Council on Postsecondary Education
Educators convene to discuss teacher preparation
(FRANKFORT, Ky) Over 200 Kentucky educators will meet at the Brown Hotel in Louisville on October 24 – 25 at the 2005 Teacher Quality Summit. The summit will focus on the teaching challenges presented by the more rigorous academic expectations of high school reform, specifically in the areas of mathematics, the sciences, and world languages.
The Teacher Quality Summit is an annual event co-sponsored by the Council on Postsecondary Education and the chief academic officers of Kentucky’s postsecondary institutions. The meeting brings together deans and faculty from the colleges of arts and sciences and education. Fifteen summit sessions will address topics related to the recruitment, preparation and professional development of teachers and other school leaders.
“At no previous time in the Commonwealth have so many policy-making agencies, branches of government and civic groups been so united in their commitment to improve student achievement from pre-school through postsecondary levels,” said Dr. Thomas D. Layzell, president of the Kentucky Council on Postsecondary Education.
Special guest speakers will include Dr. Jeanne Burns, state plan coordinator for Louisiana’s Learn for the 21st Century Initiative, who will describe Louisiana’s success in using data systems to improve teacher preparation. Representatives from the Mathematics Association of America and the National Aeronautics and Space Administration will also share their efforts to more effectively prepare and professionally develop P-12 teachers.
“Our colleges and universities have a significant role to play in preparing more Kentuckians for postsecondary education,” said Dr. Dianne M. Bazell, assistant vice president for academic affairs at the Council. “If we expect our students to achieve more, we must expect more from their teachers and the postsecondary institutions that prepare them.”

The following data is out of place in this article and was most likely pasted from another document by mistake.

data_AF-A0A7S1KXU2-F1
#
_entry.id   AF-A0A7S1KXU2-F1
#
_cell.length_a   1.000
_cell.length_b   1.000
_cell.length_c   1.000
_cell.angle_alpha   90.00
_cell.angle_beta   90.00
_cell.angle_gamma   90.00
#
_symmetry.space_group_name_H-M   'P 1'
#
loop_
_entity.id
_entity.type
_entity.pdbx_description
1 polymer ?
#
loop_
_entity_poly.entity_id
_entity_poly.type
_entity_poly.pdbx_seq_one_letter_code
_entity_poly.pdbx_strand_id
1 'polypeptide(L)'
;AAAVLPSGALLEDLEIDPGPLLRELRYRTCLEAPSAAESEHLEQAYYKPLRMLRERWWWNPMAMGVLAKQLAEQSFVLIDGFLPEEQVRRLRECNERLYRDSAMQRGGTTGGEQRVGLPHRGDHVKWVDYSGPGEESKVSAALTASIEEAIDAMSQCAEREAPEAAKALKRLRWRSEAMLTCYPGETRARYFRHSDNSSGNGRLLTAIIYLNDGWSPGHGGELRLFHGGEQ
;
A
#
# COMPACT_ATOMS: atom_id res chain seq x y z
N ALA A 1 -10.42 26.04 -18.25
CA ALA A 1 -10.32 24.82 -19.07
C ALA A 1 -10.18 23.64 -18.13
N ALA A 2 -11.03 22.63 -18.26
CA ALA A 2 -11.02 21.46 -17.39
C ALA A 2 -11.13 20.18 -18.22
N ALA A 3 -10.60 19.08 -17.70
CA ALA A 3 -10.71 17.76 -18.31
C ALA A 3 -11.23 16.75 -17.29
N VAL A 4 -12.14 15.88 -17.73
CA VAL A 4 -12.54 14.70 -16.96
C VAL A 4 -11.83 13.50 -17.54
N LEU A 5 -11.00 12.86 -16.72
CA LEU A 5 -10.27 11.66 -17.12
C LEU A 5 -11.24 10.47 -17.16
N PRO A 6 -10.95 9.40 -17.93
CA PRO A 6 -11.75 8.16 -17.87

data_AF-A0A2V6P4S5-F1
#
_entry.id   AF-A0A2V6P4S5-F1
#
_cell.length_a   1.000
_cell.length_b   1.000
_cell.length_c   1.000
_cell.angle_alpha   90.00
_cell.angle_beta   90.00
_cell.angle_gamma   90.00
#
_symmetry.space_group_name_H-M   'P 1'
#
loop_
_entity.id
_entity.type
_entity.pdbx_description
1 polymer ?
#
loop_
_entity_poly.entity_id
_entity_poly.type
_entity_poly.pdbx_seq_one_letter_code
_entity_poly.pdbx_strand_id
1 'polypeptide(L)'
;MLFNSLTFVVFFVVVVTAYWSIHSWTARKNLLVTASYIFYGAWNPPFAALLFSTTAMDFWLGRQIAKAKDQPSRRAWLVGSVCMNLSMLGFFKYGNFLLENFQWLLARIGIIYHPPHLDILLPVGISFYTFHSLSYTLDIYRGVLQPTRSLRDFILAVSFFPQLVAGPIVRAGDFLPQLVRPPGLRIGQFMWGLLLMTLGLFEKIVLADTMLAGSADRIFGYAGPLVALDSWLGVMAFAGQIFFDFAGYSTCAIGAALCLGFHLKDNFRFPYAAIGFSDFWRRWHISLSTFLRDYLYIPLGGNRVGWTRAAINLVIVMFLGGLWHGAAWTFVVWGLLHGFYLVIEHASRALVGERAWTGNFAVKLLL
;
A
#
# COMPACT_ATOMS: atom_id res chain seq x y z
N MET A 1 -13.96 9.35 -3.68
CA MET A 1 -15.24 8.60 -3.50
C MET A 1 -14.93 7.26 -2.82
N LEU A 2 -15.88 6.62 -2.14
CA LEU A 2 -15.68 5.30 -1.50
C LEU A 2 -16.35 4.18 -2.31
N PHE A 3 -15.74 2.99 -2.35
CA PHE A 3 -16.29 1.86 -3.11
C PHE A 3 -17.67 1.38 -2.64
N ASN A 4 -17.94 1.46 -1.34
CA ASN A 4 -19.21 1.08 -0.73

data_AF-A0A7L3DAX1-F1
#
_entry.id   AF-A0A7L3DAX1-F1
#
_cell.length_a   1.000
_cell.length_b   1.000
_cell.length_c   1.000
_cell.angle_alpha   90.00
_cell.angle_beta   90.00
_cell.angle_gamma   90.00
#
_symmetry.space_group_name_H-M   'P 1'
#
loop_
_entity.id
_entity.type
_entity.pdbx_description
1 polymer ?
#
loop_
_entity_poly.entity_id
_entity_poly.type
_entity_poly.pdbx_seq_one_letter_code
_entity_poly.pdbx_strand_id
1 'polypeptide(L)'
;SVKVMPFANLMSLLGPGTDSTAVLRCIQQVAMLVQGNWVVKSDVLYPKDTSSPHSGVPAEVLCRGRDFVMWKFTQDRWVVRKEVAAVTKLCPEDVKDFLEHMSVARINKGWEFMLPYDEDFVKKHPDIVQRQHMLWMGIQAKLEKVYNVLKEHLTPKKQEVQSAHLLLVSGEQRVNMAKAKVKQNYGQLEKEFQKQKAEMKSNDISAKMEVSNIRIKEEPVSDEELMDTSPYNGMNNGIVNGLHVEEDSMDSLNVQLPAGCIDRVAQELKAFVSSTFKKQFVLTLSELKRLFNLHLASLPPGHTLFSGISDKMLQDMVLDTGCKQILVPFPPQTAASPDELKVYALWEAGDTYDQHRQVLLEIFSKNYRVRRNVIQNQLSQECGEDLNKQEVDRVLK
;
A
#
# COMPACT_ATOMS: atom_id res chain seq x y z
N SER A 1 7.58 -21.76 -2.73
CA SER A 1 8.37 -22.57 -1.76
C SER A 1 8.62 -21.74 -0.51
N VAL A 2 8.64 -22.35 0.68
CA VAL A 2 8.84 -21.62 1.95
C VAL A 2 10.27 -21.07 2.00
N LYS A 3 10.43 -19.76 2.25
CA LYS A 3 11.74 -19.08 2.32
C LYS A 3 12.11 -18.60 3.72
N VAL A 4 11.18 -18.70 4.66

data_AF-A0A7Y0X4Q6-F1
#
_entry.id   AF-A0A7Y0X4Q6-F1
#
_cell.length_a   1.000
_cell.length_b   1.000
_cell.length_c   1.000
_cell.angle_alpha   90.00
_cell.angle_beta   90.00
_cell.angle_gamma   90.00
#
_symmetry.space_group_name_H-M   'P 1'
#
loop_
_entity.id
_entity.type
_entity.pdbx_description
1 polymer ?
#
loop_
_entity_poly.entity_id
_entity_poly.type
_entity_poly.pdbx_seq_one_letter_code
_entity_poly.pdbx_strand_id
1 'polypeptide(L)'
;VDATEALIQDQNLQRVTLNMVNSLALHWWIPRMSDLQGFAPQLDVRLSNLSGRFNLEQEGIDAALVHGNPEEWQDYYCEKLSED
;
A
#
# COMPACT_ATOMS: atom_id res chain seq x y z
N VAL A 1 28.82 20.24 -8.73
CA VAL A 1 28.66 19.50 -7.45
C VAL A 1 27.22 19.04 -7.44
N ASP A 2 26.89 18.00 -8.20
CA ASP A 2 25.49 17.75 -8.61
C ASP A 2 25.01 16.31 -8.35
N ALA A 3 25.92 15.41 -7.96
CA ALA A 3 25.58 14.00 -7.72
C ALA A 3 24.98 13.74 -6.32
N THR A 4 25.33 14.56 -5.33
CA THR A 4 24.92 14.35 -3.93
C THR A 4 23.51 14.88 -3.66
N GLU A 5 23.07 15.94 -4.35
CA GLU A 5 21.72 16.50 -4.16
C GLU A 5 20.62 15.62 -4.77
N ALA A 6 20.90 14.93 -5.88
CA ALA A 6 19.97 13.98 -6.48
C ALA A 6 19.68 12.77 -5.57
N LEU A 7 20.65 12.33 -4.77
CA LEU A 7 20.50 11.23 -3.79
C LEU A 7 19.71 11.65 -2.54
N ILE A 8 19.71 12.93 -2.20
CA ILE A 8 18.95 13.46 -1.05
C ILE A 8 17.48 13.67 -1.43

Teams of institutional representatives will spend time during the conference and afterwards planning and implementing strategies discussed during the summit. The Council also will convene a workgroup on educational leadership in conjunction with the summit so that postsecondary institutions can better address the leadership and professional development needs of K-12 schools and community and technical colleges. The Education Professional Standards Board, the Kentucky Department of Education, and the Southern Regional Education Board are contributing to this work.
Kentucky's postsecondary education system encompasses eight public institutions and the Kentucky Community and Technical College System, numerous independent institutions and Kentucky Adult Education. The system represents 231,612 students, 538,866 Kentucky alumni and 294,896 GED recipients. When Kentuckians earn postsecondary degrees, their skills improve and their wages go up; they are more likely to lead healthy lives and be engaged in their communities; and they build better futures for themselves and their families.